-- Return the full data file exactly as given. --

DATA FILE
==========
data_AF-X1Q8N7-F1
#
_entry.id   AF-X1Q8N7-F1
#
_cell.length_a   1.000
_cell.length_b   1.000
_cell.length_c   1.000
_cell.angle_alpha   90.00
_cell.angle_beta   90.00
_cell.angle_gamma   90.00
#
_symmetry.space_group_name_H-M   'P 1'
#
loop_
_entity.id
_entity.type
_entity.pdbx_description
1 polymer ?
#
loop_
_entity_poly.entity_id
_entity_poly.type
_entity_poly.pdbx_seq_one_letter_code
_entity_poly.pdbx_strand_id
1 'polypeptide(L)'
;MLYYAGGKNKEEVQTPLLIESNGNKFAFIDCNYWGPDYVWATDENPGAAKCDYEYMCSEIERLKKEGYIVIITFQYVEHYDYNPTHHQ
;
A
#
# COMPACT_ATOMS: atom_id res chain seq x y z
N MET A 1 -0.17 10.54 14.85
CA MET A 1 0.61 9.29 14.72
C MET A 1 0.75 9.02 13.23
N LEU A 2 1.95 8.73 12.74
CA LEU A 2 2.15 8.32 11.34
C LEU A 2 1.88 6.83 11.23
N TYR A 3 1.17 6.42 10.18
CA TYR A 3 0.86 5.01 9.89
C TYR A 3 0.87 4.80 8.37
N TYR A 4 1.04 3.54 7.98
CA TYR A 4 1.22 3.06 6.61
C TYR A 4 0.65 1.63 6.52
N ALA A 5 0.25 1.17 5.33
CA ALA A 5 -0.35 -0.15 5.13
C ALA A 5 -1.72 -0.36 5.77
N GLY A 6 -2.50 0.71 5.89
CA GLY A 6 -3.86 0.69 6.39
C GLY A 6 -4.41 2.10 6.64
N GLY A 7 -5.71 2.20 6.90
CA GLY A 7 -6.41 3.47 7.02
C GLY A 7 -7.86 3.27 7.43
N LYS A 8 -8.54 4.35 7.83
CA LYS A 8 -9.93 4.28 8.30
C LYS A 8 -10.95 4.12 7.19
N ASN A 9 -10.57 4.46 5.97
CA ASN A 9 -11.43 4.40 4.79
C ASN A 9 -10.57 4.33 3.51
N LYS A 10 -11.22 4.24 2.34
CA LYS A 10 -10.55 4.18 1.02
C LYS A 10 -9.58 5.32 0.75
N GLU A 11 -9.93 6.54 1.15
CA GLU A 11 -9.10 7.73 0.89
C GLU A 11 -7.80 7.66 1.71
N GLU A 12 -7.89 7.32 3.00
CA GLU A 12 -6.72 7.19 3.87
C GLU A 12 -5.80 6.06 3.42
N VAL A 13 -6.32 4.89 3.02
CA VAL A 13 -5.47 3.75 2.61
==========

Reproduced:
data_AF-X1Q8N7-F1
#
_entry.id   AF-X1Q8N7-F1
#
_cell.length_a   1.000
_cell.length_b   1.000
_cell.length_c   1.000
_cell.angle_alpha   90.00
_cell.angle_beta   90.00
_cell.angle_gamma   90.00
#
_symmetry.space_group_name_H-M   'P 1'
#
loop_
_entity.id
_entity.type
_entity.pdbx_description
1 polymer ?
#
loop_
_entity_poly.entity_id
_entity_poly.type
_entity_poly.pdbx_seq_one_letter_code
_entity_poly.pdbx_strand_id
1 'polypeptide(L)'
;MLYYAGGKNKEEVQTPLLIESNGNKFAFIDCNYWGPDYVWATDENPGAAKCDYEYMCSEIERLKKEGYIVIITFQYVEHYDYNPTHHQ
;
A
#
# COMPACT_ATOMS: atom_id res chain seq x y z
N MET A 1 -0.17 10.54 14.85
CA MET A 1 0.61 9.29 14.72
C MET A 1 0.75 9.02 13.23
N LEU A 2 1.95 8.73 12.74
CA LEU A 2 2.15 8.32 11.34
C LEU A 2 1.88 6.83 11.23
N TYR A 3 1.17 6.42 10.18
CA TYR A 3 0.86 5.01 9.89
C TYR A 3 0.87 4.80 8.37
N TYR A 4 1.04 3.54 7.98
CA TYR A 4 1.22 3.06 6.61
C TYR A 4 0.65 1.63 6.52
N ALA A 5 0.25 1.17 5.33
CA ALA A 5 -0.35 -0.15 5.13
C ALA A 5 -1.72 -0.36 5.77
N GLY A 6 -2.50 0.71 5.89
CA GLY A 6 -3.86 0.69 6.39
C GLY A 6 -4.41 2.10 6.64
N GLY A 7 -5.71 2.20 6.90
CA GLY A 7 -6.41 3.47 7.02
C GLY A 7 -7.86 3.27 7.43
N LYS A 8 -8.54 4.35 7.83
CA LYS A 8 -9.93 4.28 8.30
C LYS A 8 -10.95 4.12 7.19
N ASN A 9 -10.57 4.46 5.97
CA ASN A 9 -11.43 4.40 4.79
C ASN A 9 -10.57 4.33 3.51
N LYS A 10 -11.22 4.24 2.34
CA LYS A 10 -10.55 4.18 1.02
C LYS A 10 -9.58 5.32 0.75
N GLU A 11 -9.93 6.54 1.15
CA GLU A 11 -9.10 7.73 0.89
C GLU A 11 -7.80 7.66 1.71
N GLU A 12 -7.89 7.32 3.00
CA GLU A 12 -6.72 7.19 3.87
C GLU A 12 -5.80 6.06 3.42
N VAL A 13 -6.32 4.89 3.02
CA VAL A 13 -5.47 3.75 2.61